SEO With Google Sitemaps
What is a Google Sitemap?
A Google Sitemap is a very simple XML document that lists all the pages in your website, but the Google Sitemaps program is actually much more important than that. In fact, the Sitemaps program provides a little peek inside Google’s mind – and it can tell you a lot about what Google thinks of your website!
Why Should You Use Google Sitemaps?
Until Google Sitemaps was released in the summer of 2005, optimizing a site for Google was a guessing game at best. A website’s page might be deleted from the index, and the Webmaster had no idea why. Alternatively, a site’s content could be scanned, but because of the peculiarities of the algorithm, the only pages that would rank well might be the “About Us” page, or the company’s press releases.
As webmasters we were at the whim of Googlebot, the seemingly arbitrary algorithmic kingmaker that could make or break a website overnight through shifts in search engine positioning. There was no way to communicate with Google about a website – either to understand what was wrong with it, or to tell Google when something had been updated.
That all changed about a year ago when Google released Sitemaps, but the program really became useful in February of 2006 when Google updated it with a couple new tools.
So, what exactly is the Google Sitemaps program, and how can you use it to improve the position of your website? Well, there are essentially two reasons to use Google Sitemaps:
1. Sitemaps provide you with a way to tell Google valuable information about your website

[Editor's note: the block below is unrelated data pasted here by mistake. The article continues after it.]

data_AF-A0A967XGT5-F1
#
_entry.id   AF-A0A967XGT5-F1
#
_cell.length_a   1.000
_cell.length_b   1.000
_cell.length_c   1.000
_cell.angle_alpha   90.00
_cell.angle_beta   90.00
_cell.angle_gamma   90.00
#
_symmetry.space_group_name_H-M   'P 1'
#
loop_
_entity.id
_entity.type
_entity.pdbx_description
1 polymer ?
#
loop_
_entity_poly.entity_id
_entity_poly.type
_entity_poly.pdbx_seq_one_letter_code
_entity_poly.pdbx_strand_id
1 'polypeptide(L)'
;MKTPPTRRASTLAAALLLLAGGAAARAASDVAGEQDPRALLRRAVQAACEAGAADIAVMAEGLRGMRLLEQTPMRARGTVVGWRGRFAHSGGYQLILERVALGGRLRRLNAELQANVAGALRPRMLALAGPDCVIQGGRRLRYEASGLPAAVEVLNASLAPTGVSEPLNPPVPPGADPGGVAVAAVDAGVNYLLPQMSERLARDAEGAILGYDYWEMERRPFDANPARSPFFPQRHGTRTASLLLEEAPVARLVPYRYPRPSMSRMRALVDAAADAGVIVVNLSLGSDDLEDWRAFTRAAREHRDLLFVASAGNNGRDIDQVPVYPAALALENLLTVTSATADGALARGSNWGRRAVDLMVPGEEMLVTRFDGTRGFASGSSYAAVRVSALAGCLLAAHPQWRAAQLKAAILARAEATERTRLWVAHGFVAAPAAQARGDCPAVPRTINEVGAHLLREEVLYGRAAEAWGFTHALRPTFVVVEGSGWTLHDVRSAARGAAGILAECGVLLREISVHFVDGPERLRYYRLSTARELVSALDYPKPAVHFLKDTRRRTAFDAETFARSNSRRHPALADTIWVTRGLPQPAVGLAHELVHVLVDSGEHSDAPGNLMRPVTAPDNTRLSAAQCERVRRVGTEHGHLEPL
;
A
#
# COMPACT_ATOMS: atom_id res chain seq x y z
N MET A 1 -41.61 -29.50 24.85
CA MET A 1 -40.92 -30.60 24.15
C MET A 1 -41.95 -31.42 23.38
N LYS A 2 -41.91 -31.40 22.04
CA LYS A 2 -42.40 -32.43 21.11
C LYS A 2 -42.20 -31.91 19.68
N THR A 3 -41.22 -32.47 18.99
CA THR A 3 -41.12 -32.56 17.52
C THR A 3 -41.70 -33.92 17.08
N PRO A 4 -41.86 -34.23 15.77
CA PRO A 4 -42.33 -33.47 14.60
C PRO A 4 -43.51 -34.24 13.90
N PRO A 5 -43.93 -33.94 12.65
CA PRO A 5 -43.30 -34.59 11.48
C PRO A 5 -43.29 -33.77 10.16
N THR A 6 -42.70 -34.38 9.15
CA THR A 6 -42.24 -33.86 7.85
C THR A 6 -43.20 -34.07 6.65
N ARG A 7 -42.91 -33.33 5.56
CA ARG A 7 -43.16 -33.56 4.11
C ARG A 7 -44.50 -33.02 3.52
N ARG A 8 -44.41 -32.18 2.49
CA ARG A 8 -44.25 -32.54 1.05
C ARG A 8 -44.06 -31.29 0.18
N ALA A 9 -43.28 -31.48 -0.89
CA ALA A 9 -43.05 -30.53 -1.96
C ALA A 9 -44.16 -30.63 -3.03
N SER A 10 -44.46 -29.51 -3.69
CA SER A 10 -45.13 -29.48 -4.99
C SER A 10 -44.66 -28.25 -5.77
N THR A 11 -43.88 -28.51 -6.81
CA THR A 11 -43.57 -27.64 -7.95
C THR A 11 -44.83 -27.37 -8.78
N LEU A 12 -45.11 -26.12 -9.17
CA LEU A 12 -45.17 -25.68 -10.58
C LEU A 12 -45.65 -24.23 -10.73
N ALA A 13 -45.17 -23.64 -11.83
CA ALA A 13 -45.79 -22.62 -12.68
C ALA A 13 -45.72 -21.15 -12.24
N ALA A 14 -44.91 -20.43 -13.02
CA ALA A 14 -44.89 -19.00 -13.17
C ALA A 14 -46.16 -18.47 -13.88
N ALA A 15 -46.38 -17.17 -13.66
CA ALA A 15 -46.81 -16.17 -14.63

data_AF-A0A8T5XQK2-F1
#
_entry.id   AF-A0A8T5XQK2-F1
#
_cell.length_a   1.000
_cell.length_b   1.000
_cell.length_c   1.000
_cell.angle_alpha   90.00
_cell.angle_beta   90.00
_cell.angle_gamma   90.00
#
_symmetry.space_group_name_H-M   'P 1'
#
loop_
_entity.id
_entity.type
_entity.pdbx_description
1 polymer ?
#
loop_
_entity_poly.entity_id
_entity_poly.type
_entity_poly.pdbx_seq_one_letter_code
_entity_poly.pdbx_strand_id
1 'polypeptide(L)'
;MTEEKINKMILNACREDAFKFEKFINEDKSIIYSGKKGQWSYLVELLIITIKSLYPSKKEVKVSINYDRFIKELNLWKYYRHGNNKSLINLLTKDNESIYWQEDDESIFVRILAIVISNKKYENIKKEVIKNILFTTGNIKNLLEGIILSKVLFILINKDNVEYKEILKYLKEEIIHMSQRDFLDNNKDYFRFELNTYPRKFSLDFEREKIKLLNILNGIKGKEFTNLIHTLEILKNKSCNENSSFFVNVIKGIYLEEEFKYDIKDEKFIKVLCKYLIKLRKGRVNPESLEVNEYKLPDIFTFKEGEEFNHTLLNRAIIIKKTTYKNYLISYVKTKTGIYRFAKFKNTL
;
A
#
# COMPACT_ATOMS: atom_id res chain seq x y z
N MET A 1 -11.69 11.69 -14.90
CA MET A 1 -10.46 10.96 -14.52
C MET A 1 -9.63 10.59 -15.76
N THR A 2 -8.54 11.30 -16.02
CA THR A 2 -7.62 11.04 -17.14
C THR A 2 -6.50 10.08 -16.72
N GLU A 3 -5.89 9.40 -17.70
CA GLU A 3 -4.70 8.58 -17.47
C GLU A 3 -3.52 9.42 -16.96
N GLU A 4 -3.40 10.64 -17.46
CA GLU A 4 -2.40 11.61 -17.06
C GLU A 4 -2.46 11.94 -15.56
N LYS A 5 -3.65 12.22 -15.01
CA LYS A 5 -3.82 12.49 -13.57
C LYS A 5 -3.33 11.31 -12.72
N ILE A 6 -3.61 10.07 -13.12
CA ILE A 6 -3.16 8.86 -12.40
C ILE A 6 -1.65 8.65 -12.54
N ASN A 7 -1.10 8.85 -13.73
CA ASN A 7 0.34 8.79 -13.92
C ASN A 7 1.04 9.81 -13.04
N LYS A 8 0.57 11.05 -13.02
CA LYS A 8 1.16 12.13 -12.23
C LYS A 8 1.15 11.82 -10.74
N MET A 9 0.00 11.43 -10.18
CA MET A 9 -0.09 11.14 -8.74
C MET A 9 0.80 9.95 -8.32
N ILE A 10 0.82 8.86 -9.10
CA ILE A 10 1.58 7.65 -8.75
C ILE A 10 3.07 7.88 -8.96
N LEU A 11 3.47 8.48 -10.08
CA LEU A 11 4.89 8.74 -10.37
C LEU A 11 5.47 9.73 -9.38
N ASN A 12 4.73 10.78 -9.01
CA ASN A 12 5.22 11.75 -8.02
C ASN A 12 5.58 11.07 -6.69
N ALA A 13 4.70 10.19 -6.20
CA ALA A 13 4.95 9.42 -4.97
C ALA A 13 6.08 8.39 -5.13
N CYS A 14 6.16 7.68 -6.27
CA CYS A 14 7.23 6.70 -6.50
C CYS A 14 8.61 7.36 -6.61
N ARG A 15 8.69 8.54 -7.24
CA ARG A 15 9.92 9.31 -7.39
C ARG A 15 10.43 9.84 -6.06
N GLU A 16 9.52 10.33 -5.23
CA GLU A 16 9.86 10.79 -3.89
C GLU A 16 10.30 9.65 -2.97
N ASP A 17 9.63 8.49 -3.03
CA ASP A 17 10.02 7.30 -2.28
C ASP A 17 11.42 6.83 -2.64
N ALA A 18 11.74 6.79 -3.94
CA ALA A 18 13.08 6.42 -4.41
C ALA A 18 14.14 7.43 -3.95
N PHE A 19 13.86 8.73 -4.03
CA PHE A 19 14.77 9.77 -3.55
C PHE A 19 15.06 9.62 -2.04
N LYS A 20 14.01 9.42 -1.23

2. You can use Sitemaps to learn what Google thinks about your website
What You Can Tell Google About Your Site
Believe it or not, Google is concerned about making sure webmasters have a way of communicating information that is important about their sites. Although Googlebot does a pretty decent job of finding and cataloging web pages, it has very little ability to rate the relative importance of one page versus another. After all, many important pages on the Internet are not properly “optimized”, and many of the people who couldn’t care less about spending their time on linking campaigns create some of the best content.
Therefore, Google gives you the ability to tell them on a scale of 0.0 to 1.0 how important a given page is relative to all the others. Using this system, you might tell Google that your home page is a 1.0, each of your product sections is a 0.8, and each of your individual product pages is a 0.5. Pages like your company’s address and contact information might only rate a 0.2.
You can also tell Google how often your pages are updated and the date that each page was last modified. For example your home page might be updated every day, while a particular product page might only be updated on an annual basis.
What Google Can Tell You About Your Site
Having the ability to tell Google all this information is important, but you don’t even need to create a sitemap file in order to enjoy some of the perks of having a Google Sitemaps account.
That’s because even without a Sitemap file, you can still learn about any errors that Googlebot has found on your website. As you probably know, your site doesn’t have to be “broken” for a robot to have trouble crawling it’s pages. Google Sitemaps will tell you about pages it was unable to crawl and links it was unable to follow. Therefore, you can see where these problems are and fix them before your pages get deleted from the index.
You can also get information on the types of searches people are using to find your website. Of course, most website analytics tools will give this information to you anyway, but if the tool you use doesn’t have this feature, then it’s always nice to get it for free from Google.